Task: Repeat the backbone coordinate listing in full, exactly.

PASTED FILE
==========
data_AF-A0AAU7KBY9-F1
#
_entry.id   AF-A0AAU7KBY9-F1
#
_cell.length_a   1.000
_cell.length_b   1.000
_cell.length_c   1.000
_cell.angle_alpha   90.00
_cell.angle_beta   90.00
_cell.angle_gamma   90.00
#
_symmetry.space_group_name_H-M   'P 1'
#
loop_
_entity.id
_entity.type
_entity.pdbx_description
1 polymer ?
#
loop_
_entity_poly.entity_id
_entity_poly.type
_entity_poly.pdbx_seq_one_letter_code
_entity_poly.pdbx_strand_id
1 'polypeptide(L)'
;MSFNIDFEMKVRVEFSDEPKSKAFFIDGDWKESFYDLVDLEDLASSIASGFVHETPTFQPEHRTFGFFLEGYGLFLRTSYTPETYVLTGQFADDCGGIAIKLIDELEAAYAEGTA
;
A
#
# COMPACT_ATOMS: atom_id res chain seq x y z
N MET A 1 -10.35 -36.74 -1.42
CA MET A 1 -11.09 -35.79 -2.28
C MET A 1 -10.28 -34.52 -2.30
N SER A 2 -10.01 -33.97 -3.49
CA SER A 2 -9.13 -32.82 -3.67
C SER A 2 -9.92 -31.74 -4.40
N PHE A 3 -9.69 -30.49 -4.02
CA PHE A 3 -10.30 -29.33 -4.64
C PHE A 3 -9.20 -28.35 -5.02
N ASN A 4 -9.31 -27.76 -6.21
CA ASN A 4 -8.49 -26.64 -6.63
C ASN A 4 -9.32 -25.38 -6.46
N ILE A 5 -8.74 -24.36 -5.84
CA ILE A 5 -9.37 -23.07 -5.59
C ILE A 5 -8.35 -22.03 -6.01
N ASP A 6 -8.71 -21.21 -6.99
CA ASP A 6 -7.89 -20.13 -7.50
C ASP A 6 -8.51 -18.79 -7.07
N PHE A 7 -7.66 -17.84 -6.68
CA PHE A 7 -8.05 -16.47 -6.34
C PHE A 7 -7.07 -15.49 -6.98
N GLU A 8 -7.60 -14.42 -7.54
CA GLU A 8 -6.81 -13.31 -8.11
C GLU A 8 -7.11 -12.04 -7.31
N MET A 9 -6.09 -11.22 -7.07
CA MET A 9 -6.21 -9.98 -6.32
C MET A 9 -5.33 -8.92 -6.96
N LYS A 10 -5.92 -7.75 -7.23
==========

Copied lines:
data_AF-A0AAU7KBY9-F1
#
_entry.id   AF-A0AAU7KBY9-F1
#
_cell.length_a   1.000
_cell.length_b   1.000
_cell.length_c   1.000
_cell.angle_alpha   90.00
_cell.angle_beta   90.00
_cell.angle_gamma   90.00
#
_symmetry.space_group_name_H-M   'P 1'
#
loop_
_entity.id
_entity.type
_entity.pdbx_description
1 polymer ?
#
loop_
_entity_poly.entity_id
_entity_poly.type
_entity_poly.pdbx_seq_one_letter_code
_entity_poly.pdbx_strand_id
1 'polypeptide(L)'
;MSFNIDFEMKVRVEFSDEPKSKAFFIDGDWKESFYDLVDLEDLASSIASGFVHETPTFQPEHRTFGFFLEGYGLFLRTSYTPETYVLTGQFADDCGGIAIKLIDELEAAYAEGTA
;
A
#
# COMPACT_ATOMS: atom_id res chain seq x y z
N MET A 1 -10.35 -36.74 -1.42
CA MET A 1 -11.09 -35.79 -2.28
C MET A 1 -10.28 -34.52 -2.30
N SER A 2 -10.01 -33.97 -3.49
CA SER A 2 -9.13 -32.82 -3.67
C SER A 2 -9.92 -31.74 -4.40
N PHE A 3 -9.69 -30.49 -4.02
CA PHE A 3 -10.30 -29.33 -4.64
C PHE A 3 -9.20 -28.35 -5.02
N ASN A 4 -9.31 -27.76 -6.21
CA ASN A 4 -8.49 -26.64 -6.63
C ASN A 4 -9.32 -25.38 -6.46
N ILE A 5 -8.74 -24.36 -5.84
CA ILE A 5 -9.37 -23.07 -5.59
C ILE A 5 -8.35 -22.03 -6.01
N ASP A 6 -8.71 -21.21 -6.99
CA ASP A 6 -7.89 -20.13 -7.50
C ASP A 6 -8.51 -18.79 -7.07
N PHE A 7 -7.66 -17.84 -6.68
CA PHE A 7 -8.05 -16.47 -6.34
C PHE A 7 -7.07 -15.49 -6.98
N GLU A 8 -7.60 -14.42 -7.54
CA GLU A 8 -6.81 -13.31 -8.11
C GLU A 8 -7.11 -12.04 -7.31
N MET A 9 -6.09 -11.22 -7.07
CA MET A 9 -6.21 -9.98 -6.32
C MET A 9 -5.33 -8.92 -6.96
N LYS A 10 -5.92 -7.75 -7.23